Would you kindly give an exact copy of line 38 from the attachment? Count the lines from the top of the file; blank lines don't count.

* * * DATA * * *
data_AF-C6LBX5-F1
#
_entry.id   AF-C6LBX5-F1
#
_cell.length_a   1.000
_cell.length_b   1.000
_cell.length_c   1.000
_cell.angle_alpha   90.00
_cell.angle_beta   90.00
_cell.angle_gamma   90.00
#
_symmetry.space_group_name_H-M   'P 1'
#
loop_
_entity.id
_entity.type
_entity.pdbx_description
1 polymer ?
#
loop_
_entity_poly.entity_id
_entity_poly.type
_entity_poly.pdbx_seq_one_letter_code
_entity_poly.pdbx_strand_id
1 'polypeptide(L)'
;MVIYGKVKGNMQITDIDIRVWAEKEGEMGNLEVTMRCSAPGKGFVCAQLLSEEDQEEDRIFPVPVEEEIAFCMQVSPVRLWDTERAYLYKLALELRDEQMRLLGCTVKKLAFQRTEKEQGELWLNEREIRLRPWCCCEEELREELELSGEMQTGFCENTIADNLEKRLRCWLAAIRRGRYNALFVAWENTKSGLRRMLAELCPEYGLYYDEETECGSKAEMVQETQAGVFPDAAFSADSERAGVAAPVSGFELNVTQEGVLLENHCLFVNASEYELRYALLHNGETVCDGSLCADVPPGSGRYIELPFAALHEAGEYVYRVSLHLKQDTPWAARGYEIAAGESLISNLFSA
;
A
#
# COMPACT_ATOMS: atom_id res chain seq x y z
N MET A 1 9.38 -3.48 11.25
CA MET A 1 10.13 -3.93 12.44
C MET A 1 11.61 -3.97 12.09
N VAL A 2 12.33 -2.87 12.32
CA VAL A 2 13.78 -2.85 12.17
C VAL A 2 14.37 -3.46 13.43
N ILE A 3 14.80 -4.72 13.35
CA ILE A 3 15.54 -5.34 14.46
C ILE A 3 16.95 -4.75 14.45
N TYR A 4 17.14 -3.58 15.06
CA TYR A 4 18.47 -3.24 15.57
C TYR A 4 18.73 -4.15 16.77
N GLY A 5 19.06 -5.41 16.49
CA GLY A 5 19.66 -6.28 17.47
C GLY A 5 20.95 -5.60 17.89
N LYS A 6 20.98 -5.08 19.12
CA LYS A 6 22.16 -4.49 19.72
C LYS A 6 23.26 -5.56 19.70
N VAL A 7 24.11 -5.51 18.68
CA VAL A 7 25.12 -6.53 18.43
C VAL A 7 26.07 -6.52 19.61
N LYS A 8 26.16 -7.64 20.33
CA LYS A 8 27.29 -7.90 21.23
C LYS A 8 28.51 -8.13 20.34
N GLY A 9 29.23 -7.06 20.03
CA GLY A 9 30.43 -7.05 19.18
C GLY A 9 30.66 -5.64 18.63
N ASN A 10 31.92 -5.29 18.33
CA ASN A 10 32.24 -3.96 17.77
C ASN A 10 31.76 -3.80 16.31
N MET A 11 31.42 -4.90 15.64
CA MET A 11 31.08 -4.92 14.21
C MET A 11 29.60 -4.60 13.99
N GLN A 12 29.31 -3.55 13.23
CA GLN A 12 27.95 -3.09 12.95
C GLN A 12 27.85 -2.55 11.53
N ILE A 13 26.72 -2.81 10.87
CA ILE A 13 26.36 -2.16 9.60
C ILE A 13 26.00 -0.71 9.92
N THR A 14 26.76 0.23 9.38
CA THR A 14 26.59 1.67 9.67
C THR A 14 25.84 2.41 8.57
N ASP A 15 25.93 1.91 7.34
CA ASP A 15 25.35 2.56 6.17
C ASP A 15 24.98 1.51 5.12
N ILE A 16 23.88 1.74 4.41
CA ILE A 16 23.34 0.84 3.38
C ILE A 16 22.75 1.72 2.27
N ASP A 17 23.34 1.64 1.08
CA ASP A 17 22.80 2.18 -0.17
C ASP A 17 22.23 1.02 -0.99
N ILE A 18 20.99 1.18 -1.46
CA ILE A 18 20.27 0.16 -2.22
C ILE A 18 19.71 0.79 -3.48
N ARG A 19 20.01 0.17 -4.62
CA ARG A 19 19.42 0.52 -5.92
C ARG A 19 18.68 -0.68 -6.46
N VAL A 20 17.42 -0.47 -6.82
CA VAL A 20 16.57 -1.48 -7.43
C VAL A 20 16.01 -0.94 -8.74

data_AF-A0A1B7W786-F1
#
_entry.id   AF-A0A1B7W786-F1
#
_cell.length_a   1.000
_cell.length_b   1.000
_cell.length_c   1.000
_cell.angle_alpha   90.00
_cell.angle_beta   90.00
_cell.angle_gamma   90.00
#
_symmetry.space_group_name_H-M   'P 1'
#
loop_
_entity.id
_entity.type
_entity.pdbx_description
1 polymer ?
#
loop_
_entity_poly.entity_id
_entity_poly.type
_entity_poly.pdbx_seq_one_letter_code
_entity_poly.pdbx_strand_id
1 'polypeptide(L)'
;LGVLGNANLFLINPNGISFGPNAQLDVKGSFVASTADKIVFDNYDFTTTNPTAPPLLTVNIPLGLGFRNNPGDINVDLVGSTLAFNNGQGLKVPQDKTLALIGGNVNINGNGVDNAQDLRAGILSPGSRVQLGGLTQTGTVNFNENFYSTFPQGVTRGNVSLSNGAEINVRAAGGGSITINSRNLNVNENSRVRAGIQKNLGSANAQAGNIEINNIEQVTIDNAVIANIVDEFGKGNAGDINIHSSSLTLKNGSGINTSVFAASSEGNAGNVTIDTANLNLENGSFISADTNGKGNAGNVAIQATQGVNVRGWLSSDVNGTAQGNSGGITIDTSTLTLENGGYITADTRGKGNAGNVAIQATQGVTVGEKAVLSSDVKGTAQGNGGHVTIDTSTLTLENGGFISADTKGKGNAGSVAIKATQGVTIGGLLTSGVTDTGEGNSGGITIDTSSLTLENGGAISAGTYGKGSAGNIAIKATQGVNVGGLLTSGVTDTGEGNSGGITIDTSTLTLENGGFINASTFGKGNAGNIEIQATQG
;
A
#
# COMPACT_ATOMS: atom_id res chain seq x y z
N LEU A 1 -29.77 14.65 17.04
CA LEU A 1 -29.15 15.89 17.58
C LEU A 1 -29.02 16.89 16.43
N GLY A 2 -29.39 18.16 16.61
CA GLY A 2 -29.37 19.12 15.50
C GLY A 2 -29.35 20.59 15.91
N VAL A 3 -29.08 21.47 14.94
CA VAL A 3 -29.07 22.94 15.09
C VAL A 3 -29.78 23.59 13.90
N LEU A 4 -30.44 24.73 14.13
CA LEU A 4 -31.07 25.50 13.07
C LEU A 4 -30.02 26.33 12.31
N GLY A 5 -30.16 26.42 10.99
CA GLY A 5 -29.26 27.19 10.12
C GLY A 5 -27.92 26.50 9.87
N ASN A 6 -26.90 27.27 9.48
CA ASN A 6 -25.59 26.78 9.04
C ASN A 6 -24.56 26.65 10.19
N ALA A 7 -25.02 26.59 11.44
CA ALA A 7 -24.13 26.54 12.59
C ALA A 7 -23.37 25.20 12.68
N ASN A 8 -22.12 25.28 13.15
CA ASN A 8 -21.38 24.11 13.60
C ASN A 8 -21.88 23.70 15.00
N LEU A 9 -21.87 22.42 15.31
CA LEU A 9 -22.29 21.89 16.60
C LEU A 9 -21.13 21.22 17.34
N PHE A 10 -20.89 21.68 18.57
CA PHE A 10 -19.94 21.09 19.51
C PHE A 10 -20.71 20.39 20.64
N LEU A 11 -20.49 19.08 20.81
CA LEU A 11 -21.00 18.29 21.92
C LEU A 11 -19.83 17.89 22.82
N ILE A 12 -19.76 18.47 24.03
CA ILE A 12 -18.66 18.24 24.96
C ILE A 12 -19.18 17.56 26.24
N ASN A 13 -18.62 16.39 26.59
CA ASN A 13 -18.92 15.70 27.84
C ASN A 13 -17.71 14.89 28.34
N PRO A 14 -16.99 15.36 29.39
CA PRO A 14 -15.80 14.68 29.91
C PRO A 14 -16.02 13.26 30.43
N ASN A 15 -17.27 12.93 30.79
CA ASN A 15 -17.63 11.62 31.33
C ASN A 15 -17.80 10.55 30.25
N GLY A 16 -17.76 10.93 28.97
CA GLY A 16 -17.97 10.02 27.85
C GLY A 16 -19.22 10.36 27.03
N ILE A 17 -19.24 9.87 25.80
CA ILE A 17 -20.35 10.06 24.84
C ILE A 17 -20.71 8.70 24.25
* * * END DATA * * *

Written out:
CA ILE A 3 15.54 -5.34 14.46